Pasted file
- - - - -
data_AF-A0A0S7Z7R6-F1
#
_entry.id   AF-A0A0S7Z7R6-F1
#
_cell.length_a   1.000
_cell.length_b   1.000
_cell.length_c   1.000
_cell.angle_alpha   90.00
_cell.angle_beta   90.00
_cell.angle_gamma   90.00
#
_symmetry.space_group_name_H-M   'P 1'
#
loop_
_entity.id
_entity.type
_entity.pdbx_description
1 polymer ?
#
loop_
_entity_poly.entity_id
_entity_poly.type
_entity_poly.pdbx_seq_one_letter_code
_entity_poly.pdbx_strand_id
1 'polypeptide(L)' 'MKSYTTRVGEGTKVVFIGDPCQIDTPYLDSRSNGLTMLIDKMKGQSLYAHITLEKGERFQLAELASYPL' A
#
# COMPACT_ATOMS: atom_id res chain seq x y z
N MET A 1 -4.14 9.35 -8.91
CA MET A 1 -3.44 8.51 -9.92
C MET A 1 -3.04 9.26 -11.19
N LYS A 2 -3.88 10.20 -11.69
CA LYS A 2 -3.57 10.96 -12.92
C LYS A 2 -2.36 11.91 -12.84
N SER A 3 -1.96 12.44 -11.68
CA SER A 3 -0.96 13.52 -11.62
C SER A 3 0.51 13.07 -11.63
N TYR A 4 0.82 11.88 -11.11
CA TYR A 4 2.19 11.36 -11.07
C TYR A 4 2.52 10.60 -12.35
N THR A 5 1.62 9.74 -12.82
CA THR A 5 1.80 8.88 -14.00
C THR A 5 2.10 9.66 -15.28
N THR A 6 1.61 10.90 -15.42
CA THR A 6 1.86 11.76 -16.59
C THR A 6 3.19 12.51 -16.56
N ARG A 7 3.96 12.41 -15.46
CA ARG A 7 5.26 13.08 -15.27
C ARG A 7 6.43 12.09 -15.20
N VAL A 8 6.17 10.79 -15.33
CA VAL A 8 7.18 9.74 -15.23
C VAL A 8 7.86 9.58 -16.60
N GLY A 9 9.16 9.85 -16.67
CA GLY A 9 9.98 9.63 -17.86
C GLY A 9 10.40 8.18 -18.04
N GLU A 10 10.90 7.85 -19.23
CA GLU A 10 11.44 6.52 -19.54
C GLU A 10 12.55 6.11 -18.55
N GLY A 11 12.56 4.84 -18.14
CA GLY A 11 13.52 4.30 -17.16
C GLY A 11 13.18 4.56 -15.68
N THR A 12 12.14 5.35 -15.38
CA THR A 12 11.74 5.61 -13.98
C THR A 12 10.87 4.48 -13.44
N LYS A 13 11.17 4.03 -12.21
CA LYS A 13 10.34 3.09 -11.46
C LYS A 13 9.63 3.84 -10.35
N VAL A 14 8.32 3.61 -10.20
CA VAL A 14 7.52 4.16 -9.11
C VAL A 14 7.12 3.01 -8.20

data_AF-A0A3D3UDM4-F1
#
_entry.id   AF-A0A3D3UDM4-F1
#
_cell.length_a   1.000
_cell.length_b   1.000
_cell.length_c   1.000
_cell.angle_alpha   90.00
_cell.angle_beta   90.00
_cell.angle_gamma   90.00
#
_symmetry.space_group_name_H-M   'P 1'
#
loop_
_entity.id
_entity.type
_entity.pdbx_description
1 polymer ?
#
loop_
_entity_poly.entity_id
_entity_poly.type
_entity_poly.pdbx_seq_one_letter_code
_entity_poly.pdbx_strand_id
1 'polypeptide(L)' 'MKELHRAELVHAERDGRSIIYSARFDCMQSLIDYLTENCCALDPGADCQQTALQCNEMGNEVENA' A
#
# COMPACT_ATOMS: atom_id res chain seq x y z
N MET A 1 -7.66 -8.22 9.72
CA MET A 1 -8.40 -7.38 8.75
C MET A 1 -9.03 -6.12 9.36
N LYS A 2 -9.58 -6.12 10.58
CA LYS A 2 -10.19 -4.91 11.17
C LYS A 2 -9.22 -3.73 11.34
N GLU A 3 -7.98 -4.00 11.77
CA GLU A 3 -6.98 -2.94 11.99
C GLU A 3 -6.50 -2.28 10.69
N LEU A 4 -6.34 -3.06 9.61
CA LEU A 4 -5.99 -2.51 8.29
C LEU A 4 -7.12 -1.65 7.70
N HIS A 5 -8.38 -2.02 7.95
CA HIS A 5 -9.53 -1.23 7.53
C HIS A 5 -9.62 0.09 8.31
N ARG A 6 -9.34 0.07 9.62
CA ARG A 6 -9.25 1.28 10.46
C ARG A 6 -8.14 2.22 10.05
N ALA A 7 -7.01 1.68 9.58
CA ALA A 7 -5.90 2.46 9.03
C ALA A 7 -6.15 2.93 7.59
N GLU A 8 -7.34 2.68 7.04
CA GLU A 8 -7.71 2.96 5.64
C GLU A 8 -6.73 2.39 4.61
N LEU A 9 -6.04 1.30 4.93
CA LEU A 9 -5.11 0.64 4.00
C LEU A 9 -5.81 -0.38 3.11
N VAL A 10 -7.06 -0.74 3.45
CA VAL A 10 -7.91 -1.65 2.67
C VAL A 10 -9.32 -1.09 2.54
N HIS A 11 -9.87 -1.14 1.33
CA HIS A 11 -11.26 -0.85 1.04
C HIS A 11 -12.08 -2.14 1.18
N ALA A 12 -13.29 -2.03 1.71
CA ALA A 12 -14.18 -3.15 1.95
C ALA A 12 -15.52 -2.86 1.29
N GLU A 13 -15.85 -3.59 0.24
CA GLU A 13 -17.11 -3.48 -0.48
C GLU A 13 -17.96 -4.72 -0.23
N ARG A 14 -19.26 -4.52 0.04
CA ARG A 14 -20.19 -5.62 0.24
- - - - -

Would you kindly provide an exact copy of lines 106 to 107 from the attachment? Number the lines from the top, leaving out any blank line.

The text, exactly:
N LEU A 4 -6.34 -3.06 9.61
CA LEU A 4 -5.99 -2.51 8.29